On Thursday 26th November the DCU Brexit Institute hosted an event on “Beyond the Transition Period: Brexit and the Conference on the Future of Europe”.
The event was opened by Professor Daire Keogh (DCU President) and followed by an opening speech by the Irish Minister of State for EU Affairs Thomas Byrne. The event continued with a round-table between Professor Vernon Bogdanor (Kings’ College London), Professor John Doyle (Dean of DCU Faculty of Humanities & Social Sciences), Professor Federico Fabbrini (Director of Brexit Institute) and Louise Kelly (Partner of Grant Thornton Belfast), moderated by Shona Murray (Euronews).
After a brief introduction by DCU President Professor Daire Keogh, the Irish Minister of State for EU Affairs Thomas Byrne gave his opening speech.
He stated that the negotiations for the future relationship with the UK are in a decisive phase, with only very little time remaining. Talks have resumed very recently, but on issues as governance and fisheries key progress are yet to be made. He also mentioned that Ireland and EU partners want a deal, but not at any price. Barnier has been a good friend of Ireland and he is acutely aware of Irish concerns. The Minister continued pointing that he had a series of bilateral calls with Irish-EU partners and they were extremely aware of Irish needs. He also underlined that the Withdrawal Agreement(WA) is in operation regardless of if a future agreement on the partnership is available, and that the Protocol on Northern Ireland is an essential part of the WA. The Protocol protects the Good Friday agreement and avoids a hard border, but also protects the integrity of the EU internal market. He also focussed on another key issue, the preparation for the end of the transition period. The end of the transition will imply substantial changes and Ireland should be prepared. Even with a deal, he said, the seamless trade we are used to will not continue. He however said that the support of EU partners gives Ireland strength. He concluded by mentioning the Irish priorities for the Conference on the Future of Europe, with combating protectionism and promoting free trade as some of them. The Conference – he said – should provide the setting for discussion, but its focus should be on citizens and policies rather than on processes and procedures.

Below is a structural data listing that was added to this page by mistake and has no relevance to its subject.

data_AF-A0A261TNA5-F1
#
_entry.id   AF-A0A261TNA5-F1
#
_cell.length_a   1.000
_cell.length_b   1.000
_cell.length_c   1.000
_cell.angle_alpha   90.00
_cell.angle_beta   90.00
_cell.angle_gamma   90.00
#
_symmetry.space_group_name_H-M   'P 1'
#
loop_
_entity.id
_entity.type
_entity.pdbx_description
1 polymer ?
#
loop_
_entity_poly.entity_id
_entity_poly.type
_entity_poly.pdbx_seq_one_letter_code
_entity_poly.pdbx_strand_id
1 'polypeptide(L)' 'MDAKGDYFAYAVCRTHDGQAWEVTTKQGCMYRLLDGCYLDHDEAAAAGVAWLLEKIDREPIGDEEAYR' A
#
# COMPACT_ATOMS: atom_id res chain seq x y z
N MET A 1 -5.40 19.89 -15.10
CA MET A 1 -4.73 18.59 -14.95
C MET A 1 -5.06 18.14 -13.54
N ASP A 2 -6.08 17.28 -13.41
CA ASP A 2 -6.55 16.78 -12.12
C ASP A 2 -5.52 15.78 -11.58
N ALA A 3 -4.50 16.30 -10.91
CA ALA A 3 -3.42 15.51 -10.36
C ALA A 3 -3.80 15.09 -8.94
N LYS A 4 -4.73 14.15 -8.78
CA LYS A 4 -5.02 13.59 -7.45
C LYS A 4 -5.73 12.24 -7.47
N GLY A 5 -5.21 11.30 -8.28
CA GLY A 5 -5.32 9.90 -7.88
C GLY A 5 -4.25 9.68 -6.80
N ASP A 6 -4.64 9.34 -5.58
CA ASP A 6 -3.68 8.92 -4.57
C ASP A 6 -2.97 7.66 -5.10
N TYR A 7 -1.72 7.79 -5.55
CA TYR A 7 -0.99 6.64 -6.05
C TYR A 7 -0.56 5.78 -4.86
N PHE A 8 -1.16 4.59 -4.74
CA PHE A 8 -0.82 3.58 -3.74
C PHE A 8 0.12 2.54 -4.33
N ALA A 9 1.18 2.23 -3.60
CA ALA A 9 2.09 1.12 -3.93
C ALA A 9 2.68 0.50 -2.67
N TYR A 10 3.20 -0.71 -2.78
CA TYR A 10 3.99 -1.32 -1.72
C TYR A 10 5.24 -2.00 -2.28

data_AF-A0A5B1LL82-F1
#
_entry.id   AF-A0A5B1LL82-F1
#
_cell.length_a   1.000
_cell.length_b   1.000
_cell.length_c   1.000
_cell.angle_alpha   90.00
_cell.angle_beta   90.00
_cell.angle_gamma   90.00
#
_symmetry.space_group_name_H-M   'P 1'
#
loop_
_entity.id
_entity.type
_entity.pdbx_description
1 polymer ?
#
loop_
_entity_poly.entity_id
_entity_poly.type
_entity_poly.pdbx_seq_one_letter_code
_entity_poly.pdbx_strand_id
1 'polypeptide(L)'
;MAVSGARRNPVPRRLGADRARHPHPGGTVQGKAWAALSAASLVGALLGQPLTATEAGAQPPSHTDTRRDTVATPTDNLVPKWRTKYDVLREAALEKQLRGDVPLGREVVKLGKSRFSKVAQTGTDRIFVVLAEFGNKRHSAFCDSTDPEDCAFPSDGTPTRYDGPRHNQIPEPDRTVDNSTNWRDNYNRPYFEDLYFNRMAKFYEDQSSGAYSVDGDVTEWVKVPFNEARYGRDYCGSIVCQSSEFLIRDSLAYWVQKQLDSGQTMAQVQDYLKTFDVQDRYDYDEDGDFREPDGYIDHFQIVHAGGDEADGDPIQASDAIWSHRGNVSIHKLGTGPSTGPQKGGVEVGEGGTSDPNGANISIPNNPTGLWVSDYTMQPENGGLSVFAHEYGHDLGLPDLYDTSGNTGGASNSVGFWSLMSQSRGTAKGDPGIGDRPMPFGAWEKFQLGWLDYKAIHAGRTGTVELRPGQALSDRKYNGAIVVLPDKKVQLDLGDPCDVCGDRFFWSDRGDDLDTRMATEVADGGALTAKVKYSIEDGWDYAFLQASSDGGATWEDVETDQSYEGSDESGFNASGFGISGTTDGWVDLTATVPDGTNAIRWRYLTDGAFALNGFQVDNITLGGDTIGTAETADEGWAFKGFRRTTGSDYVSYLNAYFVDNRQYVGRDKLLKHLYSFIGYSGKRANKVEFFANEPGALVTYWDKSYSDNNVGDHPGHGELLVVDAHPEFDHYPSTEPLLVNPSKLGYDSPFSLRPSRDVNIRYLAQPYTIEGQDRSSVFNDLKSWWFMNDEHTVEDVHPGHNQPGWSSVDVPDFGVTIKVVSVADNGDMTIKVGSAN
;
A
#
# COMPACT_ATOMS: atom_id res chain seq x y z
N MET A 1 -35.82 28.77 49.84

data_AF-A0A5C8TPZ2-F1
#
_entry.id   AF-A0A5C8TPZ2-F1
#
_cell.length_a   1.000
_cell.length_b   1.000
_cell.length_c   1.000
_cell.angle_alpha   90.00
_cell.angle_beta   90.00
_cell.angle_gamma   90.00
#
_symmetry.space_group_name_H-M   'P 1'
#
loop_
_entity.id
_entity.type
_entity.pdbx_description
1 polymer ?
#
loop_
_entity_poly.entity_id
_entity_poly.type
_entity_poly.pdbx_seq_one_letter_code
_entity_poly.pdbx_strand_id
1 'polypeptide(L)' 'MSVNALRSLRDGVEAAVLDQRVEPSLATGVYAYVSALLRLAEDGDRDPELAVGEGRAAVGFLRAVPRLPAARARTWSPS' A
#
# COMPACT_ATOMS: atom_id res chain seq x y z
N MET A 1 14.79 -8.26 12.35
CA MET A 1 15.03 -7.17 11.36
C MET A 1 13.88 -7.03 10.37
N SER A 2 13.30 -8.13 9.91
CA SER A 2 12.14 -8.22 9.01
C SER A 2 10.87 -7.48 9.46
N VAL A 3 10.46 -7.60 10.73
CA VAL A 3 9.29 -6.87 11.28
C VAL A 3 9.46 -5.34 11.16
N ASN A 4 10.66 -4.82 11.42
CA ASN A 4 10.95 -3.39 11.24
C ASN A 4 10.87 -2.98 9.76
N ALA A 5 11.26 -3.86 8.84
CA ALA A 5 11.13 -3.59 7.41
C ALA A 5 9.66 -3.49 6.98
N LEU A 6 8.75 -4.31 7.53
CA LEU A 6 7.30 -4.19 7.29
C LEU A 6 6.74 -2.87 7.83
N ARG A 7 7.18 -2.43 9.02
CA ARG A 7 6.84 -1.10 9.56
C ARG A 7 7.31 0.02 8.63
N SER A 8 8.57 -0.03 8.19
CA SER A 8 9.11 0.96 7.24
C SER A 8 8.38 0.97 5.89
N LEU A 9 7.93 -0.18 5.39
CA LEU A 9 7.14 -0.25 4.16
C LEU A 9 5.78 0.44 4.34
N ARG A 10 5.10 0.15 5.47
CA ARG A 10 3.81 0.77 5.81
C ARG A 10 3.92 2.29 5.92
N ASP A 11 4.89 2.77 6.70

Professor Fabbrini (Founding Director of the Brexit Institute) continued the discussion. He kicked-off saying that Brexit is a prism of the state of the European Union and that in this sense the EU showed a remarkable degree of unity. He also said that, notwithstanding that, the case for reforming the European Union is strong. He is of the view that the prospect of the EU is to look quite deeply into its governance scheme and assess what does it works and what doesn’t. Amend the treaties is difficult, but it is known that other parts of EU law, as the EMU, have been reformed via new intergovernmental treaties, and this provides an opportunity that should be taken into account by policymakers.
The round-table continued with Professor Bogdanor (King’s College London). He opened pointing out that it would be best for Britain to get a trade deal rather than not getting it. He is worried – continued – that Britain will be soon outside the internal market: now it is easy to send goods in Europe as it is in the UK, but it is less clear if this can take place in the future. He mentioned how the example of the border with Turkey is also useful to understand the difficulties of being outside the internal market. However, he also mentioned that the extent to which the European Union has becoming detached from its people is also to be carefully assessed. The Euro and migration show that the EU should embrace a more intergovernmental approach and that perhaps the European Commission should become more a secretariat of the Council, rather than a self-standing government. In sum, a Gaullist vision of Europe. Professor John Doyle (Dublin City University) continued the discussion focussing on the importance of the European dimension outside Europe, outlining in particular how the European Commission has been leading the change attempting successfully to compose the competing interests of the various European states.
Louise Kelly (Partner of Grant Thornton Belfast), focused in particular on the needs and the position of Northern Ireland. She outlined that many issues could bring in a potential burden for businesses. Goods from Great Britain(GB) to Northern Ireland (NI) (and vice versa) will require custom documentation, and this is not going to be simple. At a high level, there is a lot of uncertainty due to the fact that there is no deal. The UK government is launching a service to help GB and NI business in the transition but is only coming to speed on 21 December, one week before the transition. She also mentioned several sector-specific issues that still need to be taken into consideration, as the VAT Scheme for motor retail, labelling for foods coming from Northern Ireland and duplication of standard testing in manufacturing.
After the roundtable, a living debate moderated by Shona Murray took place. Among the issues tackled, how the Irish government is ready for Brexit, and how Brexit has been oversold as an opportunity rather than a challenge for the United Kingdom.
Image credit: Screenshot of the Irish Minister of State for EU Affairs Thomas Byrne at the DCU Brexit Institute Event